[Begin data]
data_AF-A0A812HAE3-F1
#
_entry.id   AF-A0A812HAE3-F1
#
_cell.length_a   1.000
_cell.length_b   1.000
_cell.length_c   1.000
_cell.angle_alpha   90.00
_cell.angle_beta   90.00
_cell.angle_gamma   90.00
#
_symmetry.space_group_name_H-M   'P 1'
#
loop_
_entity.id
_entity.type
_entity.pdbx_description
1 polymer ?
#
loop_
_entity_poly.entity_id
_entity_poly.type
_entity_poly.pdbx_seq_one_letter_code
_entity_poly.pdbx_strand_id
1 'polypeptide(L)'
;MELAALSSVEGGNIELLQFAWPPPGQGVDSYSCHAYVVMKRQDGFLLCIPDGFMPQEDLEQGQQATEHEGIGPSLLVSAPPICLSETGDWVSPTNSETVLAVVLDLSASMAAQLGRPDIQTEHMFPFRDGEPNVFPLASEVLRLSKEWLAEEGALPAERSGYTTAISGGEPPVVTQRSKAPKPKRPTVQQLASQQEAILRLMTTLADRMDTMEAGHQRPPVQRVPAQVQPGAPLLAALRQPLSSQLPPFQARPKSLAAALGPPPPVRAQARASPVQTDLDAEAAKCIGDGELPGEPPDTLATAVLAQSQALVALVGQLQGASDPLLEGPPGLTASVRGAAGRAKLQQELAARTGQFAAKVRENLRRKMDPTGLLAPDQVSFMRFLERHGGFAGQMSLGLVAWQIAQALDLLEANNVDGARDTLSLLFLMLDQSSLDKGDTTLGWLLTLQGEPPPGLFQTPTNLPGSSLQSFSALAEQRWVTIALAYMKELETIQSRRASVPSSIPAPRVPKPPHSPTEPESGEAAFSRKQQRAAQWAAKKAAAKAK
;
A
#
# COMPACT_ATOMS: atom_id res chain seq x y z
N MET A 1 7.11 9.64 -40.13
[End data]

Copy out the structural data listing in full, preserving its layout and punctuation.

data_AF-A0A812HAE3-F1
#
_entry.id   AF-A0A812HAE3-F1
#
_cell.length_a   1.000
_cell.length_b   1.000
_cell.length_c   1.000
_cell.angle_alpha   90.00
_cell.angle_beta   90.00
_cell.angle_gamma   90.00
#
_symmetry.space_group_name_H-M   'P 1'
#
loop_
_entity.id
_entity.type
_entity.pdbx_description
1 polymer ?
#
loop_
_entity_poly.entity_id
_entity_poly.type
_entity_poly.pdbx_seq_one_letter_code
_entity_poly.pdbx_strand_id
1 'polypeptide(L)'
;MELAALSSVEGGNIELLQFAWPPPGQGVDSYSCHAYVVMKRQDGFLLCIPDGFMPQEDLEQGQQATEHEGIGPSLLVSAPPICLSETGDWVSPTNSETVLAVVLDLSASMAAQLGRPDIQTEHMFPFRDGEPNVFPLASEVLRLSKEWLAEEGALPAERSGYTTAISGGEPPVVTQRSKAPKPKRPTVQQLASQQEAILRLMTTLADRMDTMEAGHQRPPVQRVPAQVQPGAPLLAALRQPLSSQLPPFQARPKSLAAALGPPPPVRAQARASPVQTDLDAEAAKCIGDGELPGEPPDTLATAVLAQSQALVALVGQLQGASDPLLEGPPGLTASVRGAAGRAKLQQELAARTGQFAAKVRENLRRKMDPTGLLAPDQVSFMRFLERHGGFAGQMSLGLVAWQIAQALDLLEANNVDGARDTLSLLFLMLDQSSLDKGDTTLGWLLTLQGEPPPGLFQTPTNLPGSSLQSFSALAEQRWVTIALAYMKELETIQSRRASVPSSIPAPRVPKPPHSPTEPESGEAAFSRKQQRAAQWAAKKAAAKAK
;
A
#
# COMPACT_ATOMS: atom_id res chain seq x y z
N MET A 1 7.11 9.64 -40.13